For pathname, you can either put in a fully qualified path name (i.e., C:IBMIACESS) or a path identifier for the folder where PC5250 will store and look for the emulator files it needs. CWBCFG will use this base path location PLUS the IBMClient Accessemulatorprivate path to construct the full path name for your PC5250 emulator files. Some examples of using CWBCFG to create your emulator path include:
CWBCFG /pc5250path *MYDOCUMENTS–Uses each users’ My Documents folder as the base path for storing the emulator files.
Using CWBCFG will change the “Path to PC5250 emulator files” setting for all machine users on the IBM i Access for Windows Properties screen. CWBCFG will activate the User Specified Path radio button on the Properties screen and insert the designated value into the path name.
Storing PC5250 Session Windows Size, Position, And Font Information
Another interesting PC5250 configuration setting is the PC5250 window size/position/font information check box. Located at the bottom of the PC5250 tab in the IBM i Access for Windows Properties screen, this feature allows you to designate where any changes the user makes in a PC5250 session’s window size, windows position, or fonts are stored for later use.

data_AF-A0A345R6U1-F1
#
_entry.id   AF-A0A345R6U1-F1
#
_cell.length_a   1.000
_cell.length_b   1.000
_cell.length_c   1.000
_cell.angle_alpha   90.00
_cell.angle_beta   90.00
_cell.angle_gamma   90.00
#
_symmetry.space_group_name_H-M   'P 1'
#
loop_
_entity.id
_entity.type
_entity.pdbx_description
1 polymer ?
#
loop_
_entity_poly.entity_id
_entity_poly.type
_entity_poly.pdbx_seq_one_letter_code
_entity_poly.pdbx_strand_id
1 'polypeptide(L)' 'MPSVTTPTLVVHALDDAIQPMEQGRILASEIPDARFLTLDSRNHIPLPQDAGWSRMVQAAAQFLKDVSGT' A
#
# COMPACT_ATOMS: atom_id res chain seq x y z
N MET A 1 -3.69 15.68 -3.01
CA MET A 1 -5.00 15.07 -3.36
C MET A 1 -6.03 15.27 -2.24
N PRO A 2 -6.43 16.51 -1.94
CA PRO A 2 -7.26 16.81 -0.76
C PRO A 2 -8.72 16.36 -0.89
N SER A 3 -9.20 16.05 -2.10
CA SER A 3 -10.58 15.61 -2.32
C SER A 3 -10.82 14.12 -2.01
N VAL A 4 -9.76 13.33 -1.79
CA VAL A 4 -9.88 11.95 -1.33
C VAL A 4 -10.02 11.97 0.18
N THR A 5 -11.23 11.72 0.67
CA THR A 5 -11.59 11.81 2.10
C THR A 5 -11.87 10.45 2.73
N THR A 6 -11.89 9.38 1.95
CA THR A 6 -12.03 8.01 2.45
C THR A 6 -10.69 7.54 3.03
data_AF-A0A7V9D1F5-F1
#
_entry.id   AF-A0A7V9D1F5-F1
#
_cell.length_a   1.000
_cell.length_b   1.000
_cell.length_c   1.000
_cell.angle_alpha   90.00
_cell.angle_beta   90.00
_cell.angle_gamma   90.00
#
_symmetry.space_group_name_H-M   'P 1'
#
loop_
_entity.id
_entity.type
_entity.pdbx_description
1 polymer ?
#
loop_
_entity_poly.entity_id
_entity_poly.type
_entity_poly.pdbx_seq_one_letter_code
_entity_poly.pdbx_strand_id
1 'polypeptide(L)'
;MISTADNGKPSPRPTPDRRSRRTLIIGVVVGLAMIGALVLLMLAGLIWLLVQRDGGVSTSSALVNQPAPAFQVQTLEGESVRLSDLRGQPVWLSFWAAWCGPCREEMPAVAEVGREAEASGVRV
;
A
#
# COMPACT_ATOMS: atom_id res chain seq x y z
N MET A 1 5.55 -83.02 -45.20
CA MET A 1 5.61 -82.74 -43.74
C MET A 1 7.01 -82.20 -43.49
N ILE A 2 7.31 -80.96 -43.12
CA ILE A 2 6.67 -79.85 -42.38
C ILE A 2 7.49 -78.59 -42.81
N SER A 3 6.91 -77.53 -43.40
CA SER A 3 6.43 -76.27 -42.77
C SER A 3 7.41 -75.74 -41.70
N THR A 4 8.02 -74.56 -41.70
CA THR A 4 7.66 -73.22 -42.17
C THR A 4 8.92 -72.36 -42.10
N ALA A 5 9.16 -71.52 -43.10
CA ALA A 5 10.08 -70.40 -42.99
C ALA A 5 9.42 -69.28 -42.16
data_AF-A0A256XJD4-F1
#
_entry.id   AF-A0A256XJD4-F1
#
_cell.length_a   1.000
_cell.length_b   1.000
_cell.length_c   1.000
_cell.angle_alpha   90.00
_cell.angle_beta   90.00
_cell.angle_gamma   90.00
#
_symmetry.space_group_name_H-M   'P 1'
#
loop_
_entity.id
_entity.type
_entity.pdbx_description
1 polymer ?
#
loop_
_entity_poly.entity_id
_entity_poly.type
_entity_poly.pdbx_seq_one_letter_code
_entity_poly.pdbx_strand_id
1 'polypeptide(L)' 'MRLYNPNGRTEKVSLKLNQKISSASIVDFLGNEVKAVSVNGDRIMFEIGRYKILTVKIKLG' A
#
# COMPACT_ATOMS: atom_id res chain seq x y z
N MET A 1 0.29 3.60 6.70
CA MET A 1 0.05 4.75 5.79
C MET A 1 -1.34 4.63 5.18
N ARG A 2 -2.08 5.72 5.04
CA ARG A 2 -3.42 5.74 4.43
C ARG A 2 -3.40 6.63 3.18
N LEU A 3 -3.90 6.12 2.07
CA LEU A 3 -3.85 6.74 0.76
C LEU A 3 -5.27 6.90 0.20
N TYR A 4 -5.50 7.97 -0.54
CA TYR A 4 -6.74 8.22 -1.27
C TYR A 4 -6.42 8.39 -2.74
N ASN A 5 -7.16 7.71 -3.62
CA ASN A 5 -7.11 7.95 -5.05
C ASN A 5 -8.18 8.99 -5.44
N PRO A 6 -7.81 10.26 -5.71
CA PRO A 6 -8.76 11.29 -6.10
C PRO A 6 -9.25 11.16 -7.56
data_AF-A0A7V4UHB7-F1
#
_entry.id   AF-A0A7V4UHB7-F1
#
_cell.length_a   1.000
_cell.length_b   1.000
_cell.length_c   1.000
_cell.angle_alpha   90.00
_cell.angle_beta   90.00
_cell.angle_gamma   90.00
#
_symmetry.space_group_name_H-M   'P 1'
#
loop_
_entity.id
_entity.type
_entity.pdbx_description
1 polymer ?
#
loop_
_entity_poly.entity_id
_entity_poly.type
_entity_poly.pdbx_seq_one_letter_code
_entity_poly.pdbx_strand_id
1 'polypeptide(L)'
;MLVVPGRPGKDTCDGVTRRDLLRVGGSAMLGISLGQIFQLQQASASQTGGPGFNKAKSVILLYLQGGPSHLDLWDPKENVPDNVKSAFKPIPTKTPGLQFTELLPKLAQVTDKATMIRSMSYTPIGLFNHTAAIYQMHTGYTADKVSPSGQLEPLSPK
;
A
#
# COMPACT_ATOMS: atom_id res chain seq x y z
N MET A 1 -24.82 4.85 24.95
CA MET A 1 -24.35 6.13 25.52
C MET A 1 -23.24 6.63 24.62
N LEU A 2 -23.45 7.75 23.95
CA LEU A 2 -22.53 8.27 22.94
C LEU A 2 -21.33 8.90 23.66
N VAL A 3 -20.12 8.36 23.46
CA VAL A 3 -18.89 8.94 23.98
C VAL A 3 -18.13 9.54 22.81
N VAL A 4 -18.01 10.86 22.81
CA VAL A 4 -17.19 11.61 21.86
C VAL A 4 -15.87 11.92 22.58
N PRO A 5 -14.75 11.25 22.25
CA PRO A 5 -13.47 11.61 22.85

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The key in using this parameter is to specify whether your changes to PC5250 size and appearance parameters are local or global for all sessions started from this PC. Here’s how each choice affects the way these parameters are stored and how your PC5250 sessions will appear.
Taken together, these two parameters can help IBM i administrators better manage PC5250 user setups and make it easier for a user to access their IBM i sessions. They can be particularly valuable to know when you are preparing to roll out Windows 7 desktop upgrades to your user community.
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Joe Hertvik is the owner of Hertvik Business Services, a service company that provides written marketing content and presentation services for the computer industry, including white papers, case studies, and other marketing material. Email Joe for a free quote for any upcoming projects. He also runs a data center for two companies outside Chicago. Joe is a contributing editor for IT Jungle and has written the Admin Alert column since 2002.